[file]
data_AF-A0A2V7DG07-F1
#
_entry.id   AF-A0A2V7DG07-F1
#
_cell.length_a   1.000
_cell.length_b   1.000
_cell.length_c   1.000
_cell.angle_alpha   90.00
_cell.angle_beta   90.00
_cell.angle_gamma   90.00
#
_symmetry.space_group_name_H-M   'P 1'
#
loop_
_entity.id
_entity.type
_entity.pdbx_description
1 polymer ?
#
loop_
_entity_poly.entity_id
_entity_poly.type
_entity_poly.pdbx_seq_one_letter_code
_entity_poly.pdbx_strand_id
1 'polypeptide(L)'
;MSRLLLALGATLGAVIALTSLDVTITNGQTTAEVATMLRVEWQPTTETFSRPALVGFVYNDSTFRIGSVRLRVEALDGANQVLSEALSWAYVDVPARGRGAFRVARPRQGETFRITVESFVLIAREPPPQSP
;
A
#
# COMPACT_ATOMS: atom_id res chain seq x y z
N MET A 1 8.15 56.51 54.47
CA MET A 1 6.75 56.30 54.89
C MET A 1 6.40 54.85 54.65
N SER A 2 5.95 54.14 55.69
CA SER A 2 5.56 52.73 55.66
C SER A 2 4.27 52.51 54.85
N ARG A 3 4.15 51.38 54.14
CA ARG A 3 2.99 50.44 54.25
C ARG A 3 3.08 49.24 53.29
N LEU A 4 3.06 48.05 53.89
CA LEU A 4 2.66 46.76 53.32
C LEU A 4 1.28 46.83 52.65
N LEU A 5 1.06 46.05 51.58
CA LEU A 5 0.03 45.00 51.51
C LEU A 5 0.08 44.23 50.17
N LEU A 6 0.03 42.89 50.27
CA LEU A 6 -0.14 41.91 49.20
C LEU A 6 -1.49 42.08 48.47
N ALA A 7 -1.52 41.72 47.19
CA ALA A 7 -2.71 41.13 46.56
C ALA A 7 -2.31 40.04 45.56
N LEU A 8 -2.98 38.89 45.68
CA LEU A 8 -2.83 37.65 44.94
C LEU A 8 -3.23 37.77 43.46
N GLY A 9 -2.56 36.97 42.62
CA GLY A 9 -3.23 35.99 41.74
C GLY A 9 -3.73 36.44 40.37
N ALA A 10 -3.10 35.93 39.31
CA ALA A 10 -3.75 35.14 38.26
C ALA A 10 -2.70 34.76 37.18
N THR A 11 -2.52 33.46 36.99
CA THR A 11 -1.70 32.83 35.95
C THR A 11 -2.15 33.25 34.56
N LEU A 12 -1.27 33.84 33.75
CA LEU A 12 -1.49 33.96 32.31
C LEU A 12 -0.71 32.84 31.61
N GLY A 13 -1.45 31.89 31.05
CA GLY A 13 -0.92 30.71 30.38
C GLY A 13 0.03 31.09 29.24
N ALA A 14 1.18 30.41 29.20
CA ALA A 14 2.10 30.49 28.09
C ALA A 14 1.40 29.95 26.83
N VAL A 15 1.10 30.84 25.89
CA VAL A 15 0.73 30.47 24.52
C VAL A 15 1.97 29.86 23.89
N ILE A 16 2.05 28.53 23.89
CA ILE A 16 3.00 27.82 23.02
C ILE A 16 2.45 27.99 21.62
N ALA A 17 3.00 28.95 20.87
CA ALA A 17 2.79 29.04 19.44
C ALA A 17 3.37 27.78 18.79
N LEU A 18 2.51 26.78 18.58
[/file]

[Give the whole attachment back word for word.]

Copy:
data_AF-A0A2V7DG07-F1
#
_entry.id   AF-A0A2V7DG07-F1
#
_cell.length_a   1.000
_cell.length_b   1.000
_cell.length_c   1.000
_cell.angle_alpha   90.00
_cell.angle_beta   90.00
_cell.angle_gamma   90.00
#
_symmetry.space_group_name_H-M   'P 1'
#
loop_
_entity.id
_entity.type
_entity.pdbx_description
1 polymer ?
#
loop_
_entity_poly.entity_id
_entity_poly.type
_entity_poly.pdbx_seq_one_letter_code
_entity_poly.pdbx_strand_id
1 'polypeptide(L)'
;MSRLLLALGATLGAVIALTSLDVTITNGQTTAEVATMLRVEWQPTTETFSRPALVGFVYNDSTFRIGSVRLRVEALDGANQVLSEALSWAYVDVPARGRGAFRVARPRQGETFRITVESFVLIAREPPPQSP
;
A
#
# COMPACT_ATOMS: atom_id res chain seq x y z
N MET A 1 8.15 56.51 54.47
CA MET A 1 6.75 56.30 54.89
C MET A 1 6.40 54.85 54.65
N SER A 2 5.95 54.14 55.69
CA SER A 2 5.56 52.73 55.66
C SER A 2 4.27 52.51 54.85
N ARG A 3 4.15 51.38 54.14
CA ARG A 3 2.99 50.44 54.25
C ARG A 3 3.08 49.24 53.29
N LEU A 4 3.06 48.05 53.89
CA LEU A 4 2.66 46.76 53.32
C LEU A 4 1.28 46.83 52.65
N LEU A 5 1.06 46.05 51.58
CA LEU A 5 0.03 45.00 51.51
C LEU A 5 0.08 44.23 50.17
N LEU A 6 0.03 42.89 50.27
CA LEU A 6 -0.14 41.91 49.20
C LEU A 6 -1.49 42.08 48.47
N ALA A 7 -1.52 41.72 47.19
CA ALA A 7 -2.71 41.13 46.56
C ALA A 7 -2.31 40.04 45.56
N LEU A 8 -2.98 38.89 45.68
CA LEU A 8 -2.83 37.65 44.94
C LEU A 8 -3.23 37.77 43.46
N GLY A 9 -2.56 36.97 42.62
CA GLY A 9 -3.23 35.99 41.74
C GLY A 9 -3.73 36.44 40.37
N ALA A 10 -3.10 35.93 39.31
CA ALA A 10 -3.75 35.14 38.26
C ALA A 10 -2.70 34.76 37.18
N THR A 11 -2.52 33.46 36.99
CA THR A 11 -1.70 32.83 35.95
C THR A 11 -2.15 33.25 34.56
N LEU A 12 -1.27 33.84 33.75
CA LEU A 12 -1.49 33.96 32.31
C LEU A 12 -0.71 32.84 31.61
N GLY A 13 -1.45 31.89 31.05
CA GLY A 13 -0.92 30.71 30.38
C GLY A 13 0.03 31.09 29.24
N ALA A 14 1.18 30.41 29.20
CA ALA A 14 2.10 30.49 28.09
C ALA A 14 1.40 29.95 26.83
N VAL A 15 1.10 30.84 25.89
CA VAL A 15 0.73 30.47 24.52
C VAL A 15 1.97 29.86 23.89
N ILE A 16 2.05 28.53 23.89
CA ILE A 16 3.00 27.82 23.02
C ILE A 16 2.45 27.99 21.62
N ALA A 17 3.00 28.95 20.87
CA ALA A 17 2.79 29.04 19.44
C ALA A 17 3.37 27.78 18.79
N LEU A 18 2.51 26.78 18.58